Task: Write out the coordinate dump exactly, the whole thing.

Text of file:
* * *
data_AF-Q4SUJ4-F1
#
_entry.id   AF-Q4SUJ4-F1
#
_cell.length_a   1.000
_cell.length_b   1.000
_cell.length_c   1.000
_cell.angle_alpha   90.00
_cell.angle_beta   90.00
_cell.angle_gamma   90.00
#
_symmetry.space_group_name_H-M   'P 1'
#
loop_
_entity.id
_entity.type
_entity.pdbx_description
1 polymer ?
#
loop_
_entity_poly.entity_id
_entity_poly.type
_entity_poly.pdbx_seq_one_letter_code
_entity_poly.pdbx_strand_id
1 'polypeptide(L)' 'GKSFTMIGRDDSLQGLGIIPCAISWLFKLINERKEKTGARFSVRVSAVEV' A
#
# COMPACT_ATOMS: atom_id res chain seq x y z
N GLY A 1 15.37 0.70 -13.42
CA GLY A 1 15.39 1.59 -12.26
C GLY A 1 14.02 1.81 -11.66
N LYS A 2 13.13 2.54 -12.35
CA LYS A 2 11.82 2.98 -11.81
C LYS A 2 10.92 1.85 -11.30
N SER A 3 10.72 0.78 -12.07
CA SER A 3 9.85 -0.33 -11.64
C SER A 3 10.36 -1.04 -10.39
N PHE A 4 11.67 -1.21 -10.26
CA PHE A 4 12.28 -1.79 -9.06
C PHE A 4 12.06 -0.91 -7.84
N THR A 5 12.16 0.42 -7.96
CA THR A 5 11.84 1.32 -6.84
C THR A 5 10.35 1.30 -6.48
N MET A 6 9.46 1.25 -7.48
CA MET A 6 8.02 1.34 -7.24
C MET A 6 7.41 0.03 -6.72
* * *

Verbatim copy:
data_AF-Q4SUJ4-F1
#
_entry.id   AF-Q4SUJ4-F1
#
_cell.length_a   1.000
_cell.length_b   1.000
_cell.length_c   1.000
_cell.angle_alpha   90.00
_cell.angle_beta   90.00
_cell.angle_gamma   90.00
#
_symmetry.space_group_name_H-M   'P 1'
#
loop_
_entity.id
_entity.type
_entity.pdbx_description
1 polymer ?
#
loop_
_entity_poly.entity_id
_entity_poly.type
_entity_poly.pdbx_seq_one_letter_code
_entity_poly.pdbx_strand_id
1 'polypeptide(L)' 'GKSFTMIGRDDSLQGLGIIPCAISWLFKLINERKEKTGARFSVRVSAVEV' A
#
# COMPACT_ATOMS: atom_id res chain seq x y z
N GLY A 1 15.37 0.70 -13.42
CA GLY A 1 15.39 1.59 -12.26
C GLY A 1 14.02 1.81 -11.66
N LYS A 2 13.13 2.54 -12.35
CA LYS A 2 11.82 2.98 -11.81
C LYS A 2 10.92 1.85 -11.30
N SER A 3 10.72 0.78 -12.07
CA SER A 3 9.85 -0.33 -11.64
C SER A 3 10.36 -1.04 -10.39
N PHE A 4 11.67 -1.21 -10.26
CA PHE A 4 12.28 -1.79 -9.06
C PHE A 4 12.06 -0.91 -7.84
N THR A 5 12.16 0.42 -7.96
CA THR A 5 11.84 1.32 -6.84
C THR A 5 10.35 1.30 -6.48
N MET A 6 9.46 1.25 -7.48
CA MET A 6 8.02 1.34 -7.24
C MET A 6 7.41 0.03 -6.72